TitleProtein antigens of Chlamydia psittaci present in infected cells but not detected in the infectious elementary body.
Publication TypeJournal Article
Year of Publication1994
AuthorsRockey, DD, Rosquist, JL
JournalInfect Immun
Date Published1994 Jan
KeywordsAnimals, Antigens, Bacterial, Bacterial Proteins, Blotting, Western, Cell Compartmentation, Chlamydophila psittaci, Conjunctivitis, Fluorescent Antibody Technique, Guinea Pigs, HeLa Cells, Humans, Psittacosis

Ocular infection of guinea pigs with the guinea pig inclusion conjunctivitis (GPIC) strain of Chlamydia psittaci produces a clinical condition representative of acute chlamydial conjunctivitis in humans. Guinea pigs which had recovered from two challenges with GPIC were used as a source of sera for the identification of antigens present in GPIC-infected tissue culture cells but absent in the infectious elementary body (EB). Immunoblots of lysates of infected HeLa cells probed with the convalescent-phase sera identified protein antigens of 22, 34, and 52 kDa (p22, p34, and p52, respectively) that were not detected in lysates of purified EB or in uninfected HeLa cells. Protein p22 was also not detected in lysates of purified reticulate bodies. Immunoblotting of lysates of HeLa cells infected with other chlamydiae demonstrated that the antigenicity of p22 and p34 was subspecies specific. Immunoblotting was also used to detect p22 and p34 in lysates of the conjunctivae of infected guinea pigs. Adsorption of convalescent-phase sera with GPIC EB produced a reagent with dominant reactivity toward p22, p34, and a 28-kDa EB protein. Immunofluorescent staining of GPIC-infected HeLa cells demonstrated that these adsorbed sera labeled the inclusion and inclusion membrane, with no apparent reactivity toward EB or reticulate bodies. Collectively, these data identify non-EB chlamydial components which may be released into the inclusion during intracellular growth.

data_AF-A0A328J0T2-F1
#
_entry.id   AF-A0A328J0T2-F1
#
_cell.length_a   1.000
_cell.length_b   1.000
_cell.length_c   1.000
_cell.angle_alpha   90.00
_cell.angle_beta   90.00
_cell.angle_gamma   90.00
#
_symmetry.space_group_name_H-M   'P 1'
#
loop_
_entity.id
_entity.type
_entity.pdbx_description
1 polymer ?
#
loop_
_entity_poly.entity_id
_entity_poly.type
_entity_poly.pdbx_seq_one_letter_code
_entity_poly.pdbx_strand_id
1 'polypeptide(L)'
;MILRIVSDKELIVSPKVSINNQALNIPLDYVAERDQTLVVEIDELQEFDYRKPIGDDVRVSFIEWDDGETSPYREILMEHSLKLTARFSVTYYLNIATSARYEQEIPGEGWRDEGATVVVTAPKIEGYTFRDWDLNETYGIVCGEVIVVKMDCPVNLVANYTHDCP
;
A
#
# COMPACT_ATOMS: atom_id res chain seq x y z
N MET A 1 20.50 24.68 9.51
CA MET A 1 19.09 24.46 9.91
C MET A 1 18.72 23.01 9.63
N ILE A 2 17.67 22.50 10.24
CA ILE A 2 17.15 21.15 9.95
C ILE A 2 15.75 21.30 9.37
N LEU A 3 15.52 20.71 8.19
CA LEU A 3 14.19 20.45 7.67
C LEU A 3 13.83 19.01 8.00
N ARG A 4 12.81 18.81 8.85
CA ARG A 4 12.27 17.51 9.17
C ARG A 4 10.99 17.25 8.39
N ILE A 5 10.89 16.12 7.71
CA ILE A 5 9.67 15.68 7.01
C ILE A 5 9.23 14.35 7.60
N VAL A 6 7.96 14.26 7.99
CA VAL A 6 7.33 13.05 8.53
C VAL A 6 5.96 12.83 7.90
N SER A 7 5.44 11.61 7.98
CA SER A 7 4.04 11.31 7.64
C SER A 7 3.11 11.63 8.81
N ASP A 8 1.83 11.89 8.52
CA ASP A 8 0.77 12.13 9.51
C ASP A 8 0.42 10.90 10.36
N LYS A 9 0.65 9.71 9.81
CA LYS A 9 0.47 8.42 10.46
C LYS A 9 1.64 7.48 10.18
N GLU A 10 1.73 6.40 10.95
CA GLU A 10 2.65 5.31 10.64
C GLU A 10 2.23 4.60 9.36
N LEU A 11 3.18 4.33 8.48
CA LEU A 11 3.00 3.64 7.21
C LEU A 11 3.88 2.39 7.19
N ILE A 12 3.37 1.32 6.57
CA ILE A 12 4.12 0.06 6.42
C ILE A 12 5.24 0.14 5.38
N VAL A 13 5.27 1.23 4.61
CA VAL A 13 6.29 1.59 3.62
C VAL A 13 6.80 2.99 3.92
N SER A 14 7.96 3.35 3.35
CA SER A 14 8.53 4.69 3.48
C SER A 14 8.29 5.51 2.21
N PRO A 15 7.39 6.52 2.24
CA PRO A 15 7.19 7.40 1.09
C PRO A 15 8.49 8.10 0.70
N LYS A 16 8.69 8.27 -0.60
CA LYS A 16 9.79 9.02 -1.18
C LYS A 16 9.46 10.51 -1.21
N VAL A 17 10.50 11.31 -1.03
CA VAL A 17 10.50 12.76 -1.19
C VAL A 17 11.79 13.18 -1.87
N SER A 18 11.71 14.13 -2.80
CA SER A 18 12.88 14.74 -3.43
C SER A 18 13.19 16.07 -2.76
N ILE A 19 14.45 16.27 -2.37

Alternate JournalInfect Immun
PubMed ID8262615
PubMed Central IDPMC186074